'The New York Times' Response To Donald Trump's Lawyers Is The Best Thing Ever
"We published newsworthy information about a subject of deep public concern."
October 13, 2016
Donald Trump's lawyers demanded a retraction and apology from The New York Times after they published the claims of two women who were allegedly sexually assaulted by Donald Trump.
Here is how they responded:
Dear Mr. Kasowitz:
I write in response to your letter of October 12, 2016 to Dean Baquet concerning your
client Donald Trump, the Republican Party nominee for President of the United States.
You write concerning our article ?Two Women Say Donald Trump Touched Them
Inappropriately? and label the article as ?libel per se.? You ask that we ?remove it from
[our] website, and issue a full and immediate retraction and apology.? We decline to do
The essence of a libel claim, of course, is the protection of one?s reputation. Mr. Trump
has bragged about his non?consensual sexual touching of women. He has bragged about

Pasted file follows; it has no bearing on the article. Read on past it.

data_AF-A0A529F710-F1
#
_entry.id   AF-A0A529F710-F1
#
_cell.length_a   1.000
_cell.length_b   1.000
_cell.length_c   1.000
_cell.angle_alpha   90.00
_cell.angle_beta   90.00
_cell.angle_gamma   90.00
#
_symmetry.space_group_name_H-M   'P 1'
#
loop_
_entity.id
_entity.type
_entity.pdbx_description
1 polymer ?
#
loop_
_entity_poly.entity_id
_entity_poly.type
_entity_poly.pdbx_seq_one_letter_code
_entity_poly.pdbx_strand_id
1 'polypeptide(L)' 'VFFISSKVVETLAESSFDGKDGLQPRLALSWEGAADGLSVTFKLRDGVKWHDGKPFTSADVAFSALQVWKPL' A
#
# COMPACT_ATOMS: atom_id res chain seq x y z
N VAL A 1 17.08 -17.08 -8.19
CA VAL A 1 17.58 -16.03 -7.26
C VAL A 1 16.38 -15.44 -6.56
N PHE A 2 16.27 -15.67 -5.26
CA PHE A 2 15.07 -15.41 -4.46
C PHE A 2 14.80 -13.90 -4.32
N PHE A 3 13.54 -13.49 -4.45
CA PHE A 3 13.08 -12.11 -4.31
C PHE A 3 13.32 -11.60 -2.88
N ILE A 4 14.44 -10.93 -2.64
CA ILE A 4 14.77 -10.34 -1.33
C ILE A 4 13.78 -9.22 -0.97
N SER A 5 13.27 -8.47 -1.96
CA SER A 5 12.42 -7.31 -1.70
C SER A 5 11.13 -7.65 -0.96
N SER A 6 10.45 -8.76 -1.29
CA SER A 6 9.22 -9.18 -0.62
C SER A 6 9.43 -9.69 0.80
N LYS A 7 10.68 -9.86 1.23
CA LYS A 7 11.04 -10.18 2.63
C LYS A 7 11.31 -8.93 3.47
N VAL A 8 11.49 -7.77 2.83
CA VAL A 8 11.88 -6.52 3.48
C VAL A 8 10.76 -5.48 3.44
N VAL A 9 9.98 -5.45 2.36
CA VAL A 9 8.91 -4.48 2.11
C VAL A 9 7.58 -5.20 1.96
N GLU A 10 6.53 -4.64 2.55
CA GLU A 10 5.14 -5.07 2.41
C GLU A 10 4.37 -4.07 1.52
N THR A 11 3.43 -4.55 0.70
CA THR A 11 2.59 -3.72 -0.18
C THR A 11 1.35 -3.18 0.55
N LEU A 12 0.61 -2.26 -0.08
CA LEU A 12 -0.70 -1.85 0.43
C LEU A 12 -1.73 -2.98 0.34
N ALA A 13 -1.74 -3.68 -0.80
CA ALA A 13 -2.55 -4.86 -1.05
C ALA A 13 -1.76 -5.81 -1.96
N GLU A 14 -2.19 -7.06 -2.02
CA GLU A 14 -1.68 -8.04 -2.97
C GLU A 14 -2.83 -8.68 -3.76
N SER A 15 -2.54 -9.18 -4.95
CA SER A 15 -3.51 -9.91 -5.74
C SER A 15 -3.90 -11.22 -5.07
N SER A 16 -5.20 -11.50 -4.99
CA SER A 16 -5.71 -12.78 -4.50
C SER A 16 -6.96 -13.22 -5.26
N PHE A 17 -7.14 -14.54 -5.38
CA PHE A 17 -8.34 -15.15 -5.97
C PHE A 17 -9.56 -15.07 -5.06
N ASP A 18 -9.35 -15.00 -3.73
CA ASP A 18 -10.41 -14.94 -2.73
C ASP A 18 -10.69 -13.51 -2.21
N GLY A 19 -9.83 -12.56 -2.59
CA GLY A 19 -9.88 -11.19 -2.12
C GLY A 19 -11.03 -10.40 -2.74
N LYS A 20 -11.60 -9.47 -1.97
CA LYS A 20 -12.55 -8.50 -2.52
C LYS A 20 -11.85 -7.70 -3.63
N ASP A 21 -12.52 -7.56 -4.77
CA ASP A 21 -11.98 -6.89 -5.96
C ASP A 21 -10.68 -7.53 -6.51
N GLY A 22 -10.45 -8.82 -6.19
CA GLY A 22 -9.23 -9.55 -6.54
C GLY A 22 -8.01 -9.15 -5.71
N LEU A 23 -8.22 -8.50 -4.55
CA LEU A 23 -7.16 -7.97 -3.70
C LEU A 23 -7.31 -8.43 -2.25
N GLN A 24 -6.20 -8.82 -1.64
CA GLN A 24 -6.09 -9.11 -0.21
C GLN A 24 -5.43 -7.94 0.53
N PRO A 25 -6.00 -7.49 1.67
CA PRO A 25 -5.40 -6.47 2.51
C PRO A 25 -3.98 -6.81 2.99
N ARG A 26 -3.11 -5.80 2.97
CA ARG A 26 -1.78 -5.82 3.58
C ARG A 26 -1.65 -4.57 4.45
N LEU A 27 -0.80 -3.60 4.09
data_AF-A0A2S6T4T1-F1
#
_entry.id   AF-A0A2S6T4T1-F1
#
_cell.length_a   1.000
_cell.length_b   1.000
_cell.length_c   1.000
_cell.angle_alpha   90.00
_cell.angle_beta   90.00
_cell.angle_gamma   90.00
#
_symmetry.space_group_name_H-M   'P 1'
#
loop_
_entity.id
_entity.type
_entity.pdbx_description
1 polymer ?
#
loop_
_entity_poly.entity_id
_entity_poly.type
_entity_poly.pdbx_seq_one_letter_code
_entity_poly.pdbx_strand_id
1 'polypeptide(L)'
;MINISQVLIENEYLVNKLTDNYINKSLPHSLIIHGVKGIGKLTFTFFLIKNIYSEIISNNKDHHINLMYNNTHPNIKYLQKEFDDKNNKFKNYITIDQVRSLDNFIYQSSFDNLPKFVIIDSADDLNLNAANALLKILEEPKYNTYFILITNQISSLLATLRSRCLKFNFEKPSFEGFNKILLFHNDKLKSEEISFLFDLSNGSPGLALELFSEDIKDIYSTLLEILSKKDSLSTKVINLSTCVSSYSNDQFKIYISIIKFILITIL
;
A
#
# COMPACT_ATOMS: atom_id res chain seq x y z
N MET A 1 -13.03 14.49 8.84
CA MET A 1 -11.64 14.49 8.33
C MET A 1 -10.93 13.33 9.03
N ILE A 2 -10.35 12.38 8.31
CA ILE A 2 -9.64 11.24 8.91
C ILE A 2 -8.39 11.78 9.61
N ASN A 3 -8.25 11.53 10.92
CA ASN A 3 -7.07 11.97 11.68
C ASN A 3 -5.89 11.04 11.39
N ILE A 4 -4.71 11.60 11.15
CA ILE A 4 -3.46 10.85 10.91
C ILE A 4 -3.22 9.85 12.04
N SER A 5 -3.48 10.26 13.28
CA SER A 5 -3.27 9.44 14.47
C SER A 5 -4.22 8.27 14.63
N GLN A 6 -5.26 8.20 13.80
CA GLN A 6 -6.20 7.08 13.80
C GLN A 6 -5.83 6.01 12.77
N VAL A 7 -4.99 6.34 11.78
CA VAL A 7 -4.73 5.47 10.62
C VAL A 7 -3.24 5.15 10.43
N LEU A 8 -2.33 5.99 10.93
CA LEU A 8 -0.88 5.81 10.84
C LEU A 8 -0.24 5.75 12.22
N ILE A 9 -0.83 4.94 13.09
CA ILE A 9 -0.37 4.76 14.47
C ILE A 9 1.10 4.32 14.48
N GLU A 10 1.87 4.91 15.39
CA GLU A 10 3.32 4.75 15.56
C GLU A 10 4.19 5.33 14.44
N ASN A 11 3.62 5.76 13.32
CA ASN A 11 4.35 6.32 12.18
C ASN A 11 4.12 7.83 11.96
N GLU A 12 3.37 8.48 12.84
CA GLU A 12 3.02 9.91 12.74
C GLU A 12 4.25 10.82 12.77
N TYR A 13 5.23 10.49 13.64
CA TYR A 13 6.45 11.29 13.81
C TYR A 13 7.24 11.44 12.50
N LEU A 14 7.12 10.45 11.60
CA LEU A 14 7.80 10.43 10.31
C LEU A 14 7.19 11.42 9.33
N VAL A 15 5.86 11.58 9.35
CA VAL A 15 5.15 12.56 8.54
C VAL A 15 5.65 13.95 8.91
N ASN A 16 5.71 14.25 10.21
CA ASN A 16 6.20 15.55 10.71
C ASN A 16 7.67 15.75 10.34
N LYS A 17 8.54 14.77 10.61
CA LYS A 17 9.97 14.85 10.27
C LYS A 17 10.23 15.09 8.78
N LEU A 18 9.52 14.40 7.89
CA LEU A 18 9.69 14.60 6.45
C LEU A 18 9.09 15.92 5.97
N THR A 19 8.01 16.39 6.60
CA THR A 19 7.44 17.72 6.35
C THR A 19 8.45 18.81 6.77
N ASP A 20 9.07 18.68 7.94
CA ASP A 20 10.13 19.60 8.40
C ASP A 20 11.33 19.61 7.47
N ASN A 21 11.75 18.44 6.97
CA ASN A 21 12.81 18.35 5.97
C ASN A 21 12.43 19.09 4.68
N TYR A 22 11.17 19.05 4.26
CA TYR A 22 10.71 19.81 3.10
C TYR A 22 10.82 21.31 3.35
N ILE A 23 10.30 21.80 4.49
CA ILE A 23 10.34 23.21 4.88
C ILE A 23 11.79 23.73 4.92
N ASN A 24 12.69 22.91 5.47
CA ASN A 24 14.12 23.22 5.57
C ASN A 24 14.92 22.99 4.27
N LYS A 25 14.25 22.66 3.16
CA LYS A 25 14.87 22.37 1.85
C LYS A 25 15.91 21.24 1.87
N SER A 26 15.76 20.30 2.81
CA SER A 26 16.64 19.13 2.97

intruding on beauty pageant contestants in their dressing rooms. He acquiesced to a radio
host?s request to discuss Mr. Trump?s own daughter as a ?piece of ass.? Multiple women
not mentioned in our article have publicly come forward to report on Mr. Trump?s
unwanted advances. Nothing in our article has had the slightest effect on the reputation
that Mr. Trump, through his own words and actions, has already created for himself.
But there is a larger and much more important point here. The women quoted in our
story spoke out on an issue of national importance indeed, an issue that Mr. Trump
himself discussed with the whole nation watching during Sunday night?s presidential
debate. Our reporters diligently worked to confirm the women?s accounts. They
provided readers with Mr. Trump?s response, including his forceful denial of the
women?s reports. It would have been a disservice not just to our readers but to
democracy itself to silence their voices. We did what the law allows: We published
newsworthy information about a subject of deep public concern. If Mr. Trump disagrees,
if he believes that American citizens had no right to hear what these women had to say
and that the law of this country forces us and those who would dare to criticize him to
stand silent or be punished, we welcome the opportunity to have a court set him straight.
David E. McCraw
Watch a video interview of Jessica Leeds, one of the women who came forward, below: